Harnessing ‘Napkin Ideas’ and Reenergizing Post-Vacation

Napkin Ideas and Post-Vacation Strategies in Business Business Skills

Every professional needs time off to rest and recharge. But coming back to an avalanche of emails, messages and projects can be overwhelming.

Here are a few simple ways to keep that vacation energy going long after the plane touches down. They include breathing exercises, exercise and implementing small life changes.

Unlocking Creativity: The Power of ‘Back of the Napkin’ Planning

During the three phases of getting back to business, every organization needs to chart its own path. Airline companies will normalize at a different rate than hotels or retailers. It is critical to keep your eye on the people who will be impacted by the new normal and how you can improve your products and services in response to this shift.

When in doubt, get out of the office, down some wings and start jotting ideas on a napkin. The small size of the napkin forces you to be brief and capture only the real essence of an idea.

Section Five Talks Back: Integrating Informal Ideas into Formal Strategies

Many of the world’s greatest ideas started as doodles on a napkin, and although it may seem impractical to write anything on a napkin (how do you even tell which side is the back?), some of the most important concepts in science, business and politics began as just such a sketch.

Getting back to work after vacation can be overwhelming, especially the first day or couple of weeks. Getting back to 1,000 emails in your inbox, meetings that were scheduled before you left and the project that is due ASAP can cause stress and feelings of depression commonly referred to as post-vacation blues.

The Art of Simplification: Turning Napkin Sketches into Actionable Plans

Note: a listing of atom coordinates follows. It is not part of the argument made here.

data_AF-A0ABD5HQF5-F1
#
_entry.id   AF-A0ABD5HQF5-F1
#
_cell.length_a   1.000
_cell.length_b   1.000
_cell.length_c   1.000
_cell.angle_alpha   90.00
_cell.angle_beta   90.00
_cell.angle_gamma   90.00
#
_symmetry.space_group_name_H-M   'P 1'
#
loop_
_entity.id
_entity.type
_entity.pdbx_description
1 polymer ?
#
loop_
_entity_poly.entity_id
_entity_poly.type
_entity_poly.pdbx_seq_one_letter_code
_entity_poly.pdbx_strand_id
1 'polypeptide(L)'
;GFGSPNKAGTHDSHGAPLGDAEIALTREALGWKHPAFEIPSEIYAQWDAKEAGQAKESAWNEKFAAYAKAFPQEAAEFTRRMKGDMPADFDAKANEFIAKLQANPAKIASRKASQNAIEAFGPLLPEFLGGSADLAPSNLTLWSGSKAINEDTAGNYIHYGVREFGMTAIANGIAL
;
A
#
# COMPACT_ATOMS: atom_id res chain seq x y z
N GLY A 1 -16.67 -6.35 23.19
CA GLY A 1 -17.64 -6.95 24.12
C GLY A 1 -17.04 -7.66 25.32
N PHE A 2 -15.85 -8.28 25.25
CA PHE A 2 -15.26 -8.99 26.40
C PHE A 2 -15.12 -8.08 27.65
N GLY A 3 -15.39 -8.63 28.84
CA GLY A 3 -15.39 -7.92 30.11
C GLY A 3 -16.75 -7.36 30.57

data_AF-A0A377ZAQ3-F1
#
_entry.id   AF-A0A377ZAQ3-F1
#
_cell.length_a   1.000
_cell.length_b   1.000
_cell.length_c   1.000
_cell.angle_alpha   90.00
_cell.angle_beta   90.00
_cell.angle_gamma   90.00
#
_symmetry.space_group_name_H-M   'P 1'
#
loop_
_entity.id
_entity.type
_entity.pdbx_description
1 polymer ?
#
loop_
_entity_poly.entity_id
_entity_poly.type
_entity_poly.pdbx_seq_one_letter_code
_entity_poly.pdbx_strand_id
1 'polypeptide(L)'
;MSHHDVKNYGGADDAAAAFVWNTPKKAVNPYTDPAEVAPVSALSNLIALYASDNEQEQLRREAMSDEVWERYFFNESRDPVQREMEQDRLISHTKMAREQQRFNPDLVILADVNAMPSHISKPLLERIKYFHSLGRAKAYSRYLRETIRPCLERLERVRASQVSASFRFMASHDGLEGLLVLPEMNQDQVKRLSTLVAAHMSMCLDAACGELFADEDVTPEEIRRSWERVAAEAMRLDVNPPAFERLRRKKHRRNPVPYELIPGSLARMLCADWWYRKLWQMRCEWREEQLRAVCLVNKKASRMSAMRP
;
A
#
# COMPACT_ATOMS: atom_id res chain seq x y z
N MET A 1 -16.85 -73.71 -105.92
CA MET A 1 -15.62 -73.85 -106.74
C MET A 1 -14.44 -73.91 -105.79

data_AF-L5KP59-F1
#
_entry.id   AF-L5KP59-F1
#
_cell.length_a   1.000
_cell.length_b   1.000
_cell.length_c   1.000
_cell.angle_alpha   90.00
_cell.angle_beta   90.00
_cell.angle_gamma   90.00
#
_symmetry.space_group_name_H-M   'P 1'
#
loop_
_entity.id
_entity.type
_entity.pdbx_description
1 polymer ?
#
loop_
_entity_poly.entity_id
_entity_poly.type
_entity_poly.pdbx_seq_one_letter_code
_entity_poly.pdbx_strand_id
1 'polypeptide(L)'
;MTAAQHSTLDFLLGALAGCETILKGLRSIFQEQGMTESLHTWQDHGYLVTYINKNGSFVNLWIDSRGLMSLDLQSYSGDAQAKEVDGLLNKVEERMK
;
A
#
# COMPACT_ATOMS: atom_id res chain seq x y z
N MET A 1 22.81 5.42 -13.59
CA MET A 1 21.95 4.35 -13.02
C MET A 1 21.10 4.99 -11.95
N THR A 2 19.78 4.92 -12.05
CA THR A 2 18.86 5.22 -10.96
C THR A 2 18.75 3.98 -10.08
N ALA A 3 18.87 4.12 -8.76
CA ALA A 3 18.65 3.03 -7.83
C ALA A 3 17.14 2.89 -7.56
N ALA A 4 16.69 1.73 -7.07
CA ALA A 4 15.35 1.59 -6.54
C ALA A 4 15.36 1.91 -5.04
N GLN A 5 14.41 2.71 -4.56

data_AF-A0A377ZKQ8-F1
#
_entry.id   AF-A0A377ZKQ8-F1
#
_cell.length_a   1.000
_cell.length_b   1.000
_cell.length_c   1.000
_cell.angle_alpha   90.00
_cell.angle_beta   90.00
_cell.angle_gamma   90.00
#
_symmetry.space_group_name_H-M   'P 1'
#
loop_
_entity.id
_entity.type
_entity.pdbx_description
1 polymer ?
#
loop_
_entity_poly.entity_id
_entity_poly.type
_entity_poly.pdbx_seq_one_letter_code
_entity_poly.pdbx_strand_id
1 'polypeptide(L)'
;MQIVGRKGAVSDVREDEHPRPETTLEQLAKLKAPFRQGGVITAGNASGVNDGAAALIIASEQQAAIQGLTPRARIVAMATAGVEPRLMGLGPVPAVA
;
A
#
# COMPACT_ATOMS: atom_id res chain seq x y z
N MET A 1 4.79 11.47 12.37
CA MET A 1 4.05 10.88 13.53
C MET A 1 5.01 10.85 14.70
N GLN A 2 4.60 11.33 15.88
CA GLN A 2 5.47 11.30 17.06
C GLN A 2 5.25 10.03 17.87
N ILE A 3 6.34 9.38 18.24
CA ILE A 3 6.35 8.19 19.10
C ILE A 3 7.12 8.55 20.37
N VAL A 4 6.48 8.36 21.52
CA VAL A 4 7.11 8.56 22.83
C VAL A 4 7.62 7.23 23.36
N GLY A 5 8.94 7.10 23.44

In a pinch, napkins can be surprisingly useful tools for planning and communicating ideas. Entrepreneur Herb Kelleher nailed his vision for Southwest Airlines on the back of a cocktail napkin while sitting in a San Antonio bar with a business partner in 1967. Aaron Sorkin says he wrote A Few Good Men, his first play, on a napkin, too. And the creators of Pixar’s “Big Four” – John Lasseter, Andrew Stanton, Joe Ranft and Pete Docter – jotted down their initial ideas for A Bug’s Life, Monsters, Inc., Finding Nemo and WALL-E on napkins as they wrapped up production on Toy Story.

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Whether you’re a professional with a full-time job or a stay-at-home parent, getting back into the swing of things after a vacation isn’t always easy. The avalanche of emails and tasks that have piled up while you were away can make it hard to figure out where to start.

The trick is to avoid jumping right in and trying to tackle all of it at once. That can lead to stress, burnout and a general feeling of being overwhelmed. Instead, take a few days to assess what needs your attention and then prioritize those items.